OSU coach Meyer wary of 'a different animal'

Associated Press Modified: September 3, 2012 at 5:47 pm •  Published: September 3, 2012

COLUMBUS, Ohio (AP) — Whether it's typical coach-speak or genuine concern, Urban Meyer is extremely wary of Ohio State's next opponent, Central Florida.

"A whole different animal coming in here this week," said Meyer, whose 18th-ranked Buckeyes pounded Miami (Ohio) 56-10 in their opener on Saturday. "I know this (UCF) team, I know this coach, I know this coaching staff, and we have great respect for everything they've done."

Just like the Buckeyes, coach George O'Leary's team also spanked a Mid-American Conference school from Ohio while scoring 56 points last week. The Knights beat up on Akron, 56-14.

They were impressive on both sides of the ball, showing size, speed and power. But don't be misled: Meyer's primary worries still revolve around his own team.

He was extremely disappointed with the Buckeyes' slow start. Yet he was curiously almost giddy about it.

"I'm pleased we got thrown around a little bit and were actually losing in our home stadium in the first quarter," he said. "I didn't like it at the time, but I think everybody got kind of hit in the face a little bit and responded well."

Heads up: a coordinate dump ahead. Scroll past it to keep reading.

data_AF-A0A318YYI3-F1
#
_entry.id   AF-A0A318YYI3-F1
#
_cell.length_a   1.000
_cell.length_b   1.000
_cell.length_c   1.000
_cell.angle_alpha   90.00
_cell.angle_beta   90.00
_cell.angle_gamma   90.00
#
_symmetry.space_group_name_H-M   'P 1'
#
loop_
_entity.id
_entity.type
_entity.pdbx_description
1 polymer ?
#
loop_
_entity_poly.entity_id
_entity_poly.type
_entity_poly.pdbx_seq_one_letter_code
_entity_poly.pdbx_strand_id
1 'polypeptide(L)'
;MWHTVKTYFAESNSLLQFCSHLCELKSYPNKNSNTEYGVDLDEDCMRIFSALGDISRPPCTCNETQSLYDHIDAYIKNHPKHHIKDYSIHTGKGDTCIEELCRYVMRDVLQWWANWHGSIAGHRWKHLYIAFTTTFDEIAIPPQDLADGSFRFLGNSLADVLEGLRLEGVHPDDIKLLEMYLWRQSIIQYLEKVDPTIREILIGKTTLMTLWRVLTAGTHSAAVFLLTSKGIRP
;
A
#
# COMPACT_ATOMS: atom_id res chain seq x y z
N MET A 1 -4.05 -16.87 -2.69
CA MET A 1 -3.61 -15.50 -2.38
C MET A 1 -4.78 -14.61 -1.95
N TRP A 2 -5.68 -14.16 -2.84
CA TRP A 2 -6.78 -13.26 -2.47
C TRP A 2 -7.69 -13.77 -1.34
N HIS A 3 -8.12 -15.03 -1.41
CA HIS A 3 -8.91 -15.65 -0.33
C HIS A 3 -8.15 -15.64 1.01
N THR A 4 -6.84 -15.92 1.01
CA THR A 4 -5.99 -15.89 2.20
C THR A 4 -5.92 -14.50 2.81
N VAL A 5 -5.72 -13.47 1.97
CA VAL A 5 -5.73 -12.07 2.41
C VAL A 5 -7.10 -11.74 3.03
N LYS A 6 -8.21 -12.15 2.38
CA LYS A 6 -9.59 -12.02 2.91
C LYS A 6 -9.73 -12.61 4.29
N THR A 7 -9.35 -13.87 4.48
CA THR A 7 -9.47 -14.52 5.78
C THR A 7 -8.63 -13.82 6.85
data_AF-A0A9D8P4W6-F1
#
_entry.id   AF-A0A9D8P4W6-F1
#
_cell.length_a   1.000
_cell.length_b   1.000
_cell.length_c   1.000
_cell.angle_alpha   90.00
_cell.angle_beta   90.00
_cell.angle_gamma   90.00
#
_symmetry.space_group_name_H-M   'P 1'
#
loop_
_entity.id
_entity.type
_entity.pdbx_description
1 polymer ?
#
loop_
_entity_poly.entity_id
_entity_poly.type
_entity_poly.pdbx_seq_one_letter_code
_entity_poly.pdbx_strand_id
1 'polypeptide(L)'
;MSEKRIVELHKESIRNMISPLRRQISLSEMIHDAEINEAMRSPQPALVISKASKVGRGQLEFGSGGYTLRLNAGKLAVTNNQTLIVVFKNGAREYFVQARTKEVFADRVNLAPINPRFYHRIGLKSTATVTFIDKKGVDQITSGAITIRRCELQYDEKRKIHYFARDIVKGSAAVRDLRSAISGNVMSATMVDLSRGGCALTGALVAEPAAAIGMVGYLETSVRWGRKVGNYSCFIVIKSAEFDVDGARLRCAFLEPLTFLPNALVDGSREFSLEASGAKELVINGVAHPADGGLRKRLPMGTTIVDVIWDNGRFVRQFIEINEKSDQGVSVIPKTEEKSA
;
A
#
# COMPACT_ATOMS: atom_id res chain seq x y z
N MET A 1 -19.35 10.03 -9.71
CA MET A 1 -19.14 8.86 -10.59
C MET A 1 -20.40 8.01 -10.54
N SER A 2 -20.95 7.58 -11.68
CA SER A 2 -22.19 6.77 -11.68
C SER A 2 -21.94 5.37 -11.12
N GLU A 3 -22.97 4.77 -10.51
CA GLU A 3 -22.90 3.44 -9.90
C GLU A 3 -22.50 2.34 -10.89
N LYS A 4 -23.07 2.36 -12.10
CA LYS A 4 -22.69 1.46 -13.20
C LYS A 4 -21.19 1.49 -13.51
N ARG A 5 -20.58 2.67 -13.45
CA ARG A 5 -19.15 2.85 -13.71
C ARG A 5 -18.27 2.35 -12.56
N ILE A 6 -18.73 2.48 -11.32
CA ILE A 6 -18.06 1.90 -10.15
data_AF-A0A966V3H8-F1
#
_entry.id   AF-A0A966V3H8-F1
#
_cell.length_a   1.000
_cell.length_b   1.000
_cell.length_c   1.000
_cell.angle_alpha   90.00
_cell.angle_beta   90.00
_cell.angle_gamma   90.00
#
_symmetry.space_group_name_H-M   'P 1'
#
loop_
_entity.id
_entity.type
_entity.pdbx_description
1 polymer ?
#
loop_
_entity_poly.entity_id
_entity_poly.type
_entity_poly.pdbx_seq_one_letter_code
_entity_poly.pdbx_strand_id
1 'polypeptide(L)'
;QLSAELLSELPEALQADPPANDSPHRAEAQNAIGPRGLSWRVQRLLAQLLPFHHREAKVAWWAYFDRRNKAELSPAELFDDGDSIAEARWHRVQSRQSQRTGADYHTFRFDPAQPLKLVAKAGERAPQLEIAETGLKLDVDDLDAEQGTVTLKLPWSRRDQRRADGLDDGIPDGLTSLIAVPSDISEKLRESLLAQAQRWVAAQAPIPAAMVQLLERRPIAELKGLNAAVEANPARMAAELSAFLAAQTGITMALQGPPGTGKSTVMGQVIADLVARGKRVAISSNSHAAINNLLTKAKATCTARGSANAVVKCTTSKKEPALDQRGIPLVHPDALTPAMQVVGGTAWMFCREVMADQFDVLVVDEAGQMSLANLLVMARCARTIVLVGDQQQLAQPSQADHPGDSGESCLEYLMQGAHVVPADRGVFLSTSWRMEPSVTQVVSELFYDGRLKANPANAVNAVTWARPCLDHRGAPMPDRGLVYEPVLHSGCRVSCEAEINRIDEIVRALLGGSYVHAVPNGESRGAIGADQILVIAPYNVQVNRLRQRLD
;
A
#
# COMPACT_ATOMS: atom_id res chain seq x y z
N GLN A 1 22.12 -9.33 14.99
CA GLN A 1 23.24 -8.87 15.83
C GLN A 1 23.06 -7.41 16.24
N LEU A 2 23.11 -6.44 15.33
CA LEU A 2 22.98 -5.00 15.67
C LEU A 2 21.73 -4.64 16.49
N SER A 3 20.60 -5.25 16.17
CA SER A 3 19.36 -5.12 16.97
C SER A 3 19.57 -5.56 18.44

Rest assured that Meyer is making sure the Buckeyes are well aware of what they did wrong — and of what Central Florida is capable of.

The Buckeyes led just 3-0 late in the first quarter and had done nothing offensively before one play lit a fuse under them.

Quarterback Braxton Miller zipped a rocket of a pass into the end zone that could easily have sailed out of bounds. Instead, sophomore receiver Devin Smith leaped high in front of a defender, reached up with his right arm, snagged the ball and then tucked it in while contorting his body as he fell to the field.

From that point on, everything seemed to go Ohio State's way.

"What creates momentum sometimes is a big hit or a big run or a great effort — or, jeez, Devin Smith's one-handed grab," said Ohio State tight ends and fullbacks coach Tim Hinton. "You could write books on how that things change. Obviously, the first touchdown with an electrifying play, as good as you could see."

After punting the ball away on their first four possessions, the spark was lit. The Buckeyes scored on eight of the last 12 times they touched the ball.

All spring and summer, to almost anyone who broached the subject of his receivers, Meyer would insult them. He said none of them looked like playmakers, no one appeared to be able to run away from a defender or even make a good catch.

Then, perhaps by design, Smith silenced his coach. Almost.

"He has a big smile on his face and he just keeps walking by me, waiting for me to say, 'Great catch!'" Meyer said with a laugh. "And I just won't do it. I'm not going to do that."

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